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The ‘‘enthusiasm and vibe'' of the developers behind Dunedin's heritage precinct has helped attract a new industry to the area, albeit in pop-up form at the moment.
Cromwell winemaker Brendan Seal plans to bring three tonnes of grapes and to add to the equipment he has already stored there to start winemaking in the former Gresham Hotel site by the Queens Gardens.
While he will be on the site only for one month, making between 150 and 200 cases of wine, he hopes to start a permanent business in future, once he has tested the market.
Mr Seal, who moved to Cromwell to work after studying at the University of Otago, said he was keen to move back to a city he said had plenty going for it, and a heritage precinct full of enthusiasm.
‘‘What I'm committed to is being in that district.
‘‘I really want to be involved in what's happening in Dunedin at the moment. I think it's fantastic.
‘‘There's an enthusiasm and a vibe there I really want to be a part of.''
Mr Seal's Urbn Vino project is a plan to bring single-vineyard, hands-on winemaking from Central Otago to Dunedin.
The idea was nothing new, he said, as historically in Europe people transported grapes to local town squares to produce wines.
Modern city wineries were common in the United States and had been established in Australia.
Dunedin had a nearby world-class wine producing region in Central Otago, with an established reputation.
He said the Gresham Hotel site, where he would occupy a section of the ground floor set aside by developer Stephen Macknight, was ‘‘perfect'' for his pop-up operation.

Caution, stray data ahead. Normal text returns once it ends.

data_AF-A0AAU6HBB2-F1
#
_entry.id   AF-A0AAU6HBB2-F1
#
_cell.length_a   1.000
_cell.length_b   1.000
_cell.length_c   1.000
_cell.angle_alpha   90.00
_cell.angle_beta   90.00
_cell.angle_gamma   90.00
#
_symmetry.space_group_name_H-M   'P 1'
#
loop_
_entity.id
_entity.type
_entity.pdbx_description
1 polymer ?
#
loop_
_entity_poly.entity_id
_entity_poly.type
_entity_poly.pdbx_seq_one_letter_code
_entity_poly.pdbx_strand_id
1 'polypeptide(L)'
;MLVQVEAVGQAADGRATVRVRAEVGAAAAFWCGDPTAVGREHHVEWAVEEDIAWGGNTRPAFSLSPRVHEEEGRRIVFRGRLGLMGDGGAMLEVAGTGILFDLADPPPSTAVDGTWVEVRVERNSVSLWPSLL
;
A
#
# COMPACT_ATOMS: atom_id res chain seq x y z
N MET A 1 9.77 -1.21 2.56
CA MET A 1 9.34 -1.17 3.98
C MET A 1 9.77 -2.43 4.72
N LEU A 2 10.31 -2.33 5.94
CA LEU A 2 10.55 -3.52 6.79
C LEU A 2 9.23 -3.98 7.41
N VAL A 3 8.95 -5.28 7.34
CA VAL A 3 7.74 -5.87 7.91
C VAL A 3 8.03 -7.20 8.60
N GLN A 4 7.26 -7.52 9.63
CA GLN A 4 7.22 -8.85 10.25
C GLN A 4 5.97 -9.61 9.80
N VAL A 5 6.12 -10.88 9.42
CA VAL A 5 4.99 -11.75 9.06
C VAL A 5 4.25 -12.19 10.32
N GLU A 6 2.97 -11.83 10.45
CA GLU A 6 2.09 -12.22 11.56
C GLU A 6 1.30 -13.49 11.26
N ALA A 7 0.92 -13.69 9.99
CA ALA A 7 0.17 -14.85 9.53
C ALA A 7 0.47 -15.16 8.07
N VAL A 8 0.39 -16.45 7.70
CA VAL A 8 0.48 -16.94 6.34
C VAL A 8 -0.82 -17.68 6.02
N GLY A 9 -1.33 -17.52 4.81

The building is being developed into apartments by Mr Macknight.
Mr Seal's plan was to bring the three tonnes of grapes from Central Otago in the next week or so, ferment the wine and put it in barrels, then store it in Dunedin or Cromwell.
His idea was to test the market, and eventually open a permanent business.
To be viable full-time, he would need to produce at least 500 to 1000 cases.
In Cromwell, he was a contract winemaker, making his own wine under the Writer's Block brand, as well as making wine for small top-end clients.
He had also made wine in the United States, Cyprus and the United Kingdom.
While the pop-up plan might continue for a while, ‘‘hopefully next year I'll be bigger, and be more suitable to make wine for other people as well as myself'' in Dunedin, he said.
‘‘Ultimately, I'll become permanent, but I just have to become pop-up for a while at least.''
Mr Seal said he planned to have an open day at the site while he was there.
Other possibilities associated with the winemaking business in future could be a cafe and restaurant, as was done overseas, as well as a ‘‘cellar door'' wine tasting outlet which could attract cruise ship passengers and other tourists, bringing Central Otago winemaking to Dunedin.